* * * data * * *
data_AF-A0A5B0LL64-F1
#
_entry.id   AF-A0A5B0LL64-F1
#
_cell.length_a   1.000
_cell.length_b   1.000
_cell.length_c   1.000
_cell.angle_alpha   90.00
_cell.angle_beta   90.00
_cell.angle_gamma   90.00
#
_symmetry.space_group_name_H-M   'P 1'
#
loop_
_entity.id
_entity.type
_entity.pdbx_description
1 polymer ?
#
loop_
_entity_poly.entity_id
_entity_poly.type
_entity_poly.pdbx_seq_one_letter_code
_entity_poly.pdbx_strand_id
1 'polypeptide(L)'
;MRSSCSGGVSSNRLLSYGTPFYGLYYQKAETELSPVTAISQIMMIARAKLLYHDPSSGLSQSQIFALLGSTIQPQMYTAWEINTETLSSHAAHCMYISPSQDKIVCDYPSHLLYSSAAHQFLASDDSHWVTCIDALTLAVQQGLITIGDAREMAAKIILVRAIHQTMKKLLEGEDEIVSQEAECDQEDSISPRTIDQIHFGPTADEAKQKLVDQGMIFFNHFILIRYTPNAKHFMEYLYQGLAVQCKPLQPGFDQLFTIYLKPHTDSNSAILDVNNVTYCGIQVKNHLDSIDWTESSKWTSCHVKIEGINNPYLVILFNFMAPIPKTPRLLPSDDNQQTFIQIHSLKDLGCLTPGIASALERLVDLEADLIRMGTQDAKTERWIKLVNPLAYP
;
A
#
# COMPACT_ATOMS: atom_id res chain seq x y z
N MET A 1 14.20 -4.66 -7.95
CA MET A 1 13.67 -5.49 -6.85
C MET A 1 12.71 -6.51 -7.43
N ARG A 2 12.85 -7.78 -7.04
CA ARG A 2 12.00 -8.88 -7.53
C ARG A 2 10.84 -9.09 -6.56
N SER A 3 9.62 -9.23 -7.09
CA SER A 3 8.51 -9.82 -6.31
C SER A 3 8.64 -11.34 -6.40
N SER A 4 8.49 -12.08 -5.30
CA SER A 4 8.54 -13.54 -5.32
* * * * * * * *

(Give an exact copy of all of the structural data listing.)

data_AF-A0A5B0LL64-F1
#
_entry.id   AF-A0A5B0LL64-F1
#
_cell.length_a   1.000
_cell.length_b   1.000
_cell.length_c   1.000
_cell.angle_alpha   90.00
_cell.angle_beta   90.00
_cell.angle_gamma   90.00
#
_symmetry.space_group_name_H-M   'P 1'
#
loop_
_entity.id
_entity.type
_entity.pdbx_description
1 polymer ?
#
loop_
_entity_poly.entity_id
_entity_poly.type
_entity_poly.pdbx_seq_one_letter_code
_entity_poly.pdbx_strand_id
1 'polypeptide(L)'
;MRSSCSGGVSSNRLLSYGTPFYGLYYQKAETELSPVTAISQIMMIARAKLLYHDPSSGLSQSQIFALLGSTIQPQMYTAWEINTETLSSHAAHCMYISPSQDKIVCDYPSHLLYSSAAHQFLASDDSHWVTCIDALTLAVQQGLITIGDAREMAAKIILVRAIHQTMKKLLEGEDEIVSQEAECDQEDSISPRTIDQIHFGPTADEAKQKLVDQGMIFFNHFILIRYTPNAKHFMEYLYQGLAVQCKPLQPGFDQLFTIYLKPHTDSNSAILDVNNVTYCGIQVKNHLDSIDWTESSKWTSCHVKIEGINNPYLVILFNFMAPIPKTPRLLPSDDNQQTFIQIHSLKDLGCLTPGIASALERLVDLEADLIRMGTQDAKTERWIKLVNPLAYP
;
A
#
# COMPACT_ATOMS: atom_id res chain seq x y z
N MET A 1 14.20 -4.66 -7.95
CA MET A 1 13.67 -5.49 -6.85
C MET A 1 12.71 -6.51 -7.43
N ARG A 2 12.85 -7.78 -7.04
CA ARG A 2 12.00 -8.88 -7.53
C ARG A 2 10.84 -9.09 -6.56
N SER A 3 9.62 -9.23 -7.09
CA SER A 3 8.51 -9.82 -6.31
C SER A 3 8.64 -11.34 -6.40
N SER A 4 8.49 -12.08 -5.30
CA SER A 4 8.54 -13.54 -5.32